Color Barriers


A two-part survey—conducted by Catalyst in 1998 and again in 2001—of African American, Hispanic and Asian American women in corporate management, including accounting firms, revealed both positive and negative trends. On the positive side, respondents said they

Experienced positive career growth.
Employed several key strategies to succeed—with great emphasis on the importance of networking and mentoring.

Yet they
Moved out to move up.

And they were
Less hopeful in 2001 about their career prospects than they had been in 1998.

Barriers to Advancement for Women of Color
The study concluded that companies must create open, more inclusive work environments if they want to retain women of color as managers. In both studies women of color cited the lack of support mechanisms they perceived in their companies.

How Managers and Management Influenced Retention
The study identified three factors that “predicted retention” of women of color:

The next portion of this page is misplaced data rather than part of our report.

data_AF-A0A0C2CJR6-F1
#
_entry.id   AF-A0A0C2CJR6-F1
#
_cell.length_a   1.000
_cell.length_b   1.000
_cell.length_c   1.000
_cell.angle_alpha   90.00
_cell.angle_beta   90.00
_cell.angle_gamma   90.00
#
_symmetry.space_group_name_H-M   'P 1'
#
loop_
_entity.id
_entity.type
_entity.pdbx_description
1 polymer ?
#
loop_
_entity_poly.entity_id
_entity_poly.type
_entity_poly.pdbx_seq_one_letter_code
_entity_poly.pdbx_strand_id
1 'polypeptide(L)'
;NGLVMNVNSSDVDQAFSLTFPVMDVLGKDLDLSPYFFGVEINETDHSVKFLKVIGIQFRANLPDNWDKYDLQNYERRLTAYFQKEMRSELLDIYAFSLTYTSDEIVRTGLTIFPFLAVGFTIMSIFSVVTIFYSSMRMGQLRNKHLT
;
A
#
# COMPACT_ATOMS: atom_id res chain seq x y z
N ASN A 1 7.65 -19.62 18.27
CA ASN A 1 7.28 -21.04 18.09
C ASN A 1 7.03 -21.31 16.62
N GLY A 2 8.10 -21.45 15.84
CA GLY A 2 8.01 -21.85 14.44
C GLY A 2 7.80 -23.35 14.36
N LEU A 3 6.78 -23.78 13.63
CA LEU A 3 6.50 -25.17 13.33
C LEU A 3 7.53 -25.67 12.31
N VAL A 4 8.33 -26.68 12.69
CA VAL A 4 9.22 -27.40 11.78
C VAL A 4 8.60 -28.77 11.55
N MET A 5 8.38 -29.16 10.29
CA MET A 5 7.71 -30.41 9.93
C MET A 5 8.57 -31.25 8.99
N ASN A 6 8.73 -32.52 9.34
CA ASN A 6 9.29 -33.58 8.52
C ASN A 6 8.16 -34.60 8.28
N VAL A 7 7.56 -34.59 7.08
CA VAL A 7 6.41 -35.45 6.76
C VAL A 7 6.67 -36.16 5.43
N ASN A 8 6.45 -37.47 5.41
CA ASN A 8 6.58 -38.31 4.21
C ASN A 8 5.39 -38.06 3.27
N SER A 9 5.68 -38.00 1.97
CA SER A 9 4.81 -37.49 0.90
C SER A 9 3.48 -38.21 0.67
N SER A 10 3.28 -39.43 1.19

The quality of their relationship with managers.
Management’s role in diversity efforts.
Openness in the work environment.

The study concluded that when women of color perceived that upper management and their supervisors were committed to diversity and they experienced high-quality relationships with their direct managers, they were likely to view their work environments quite favorably.

Catalyst is an independent, nonprofit research and advisory organization working with businesses and the professions to build inclusive environments and expand opportunities for women at work. It has offices in New York, San Jose, Calif., and Toronto.

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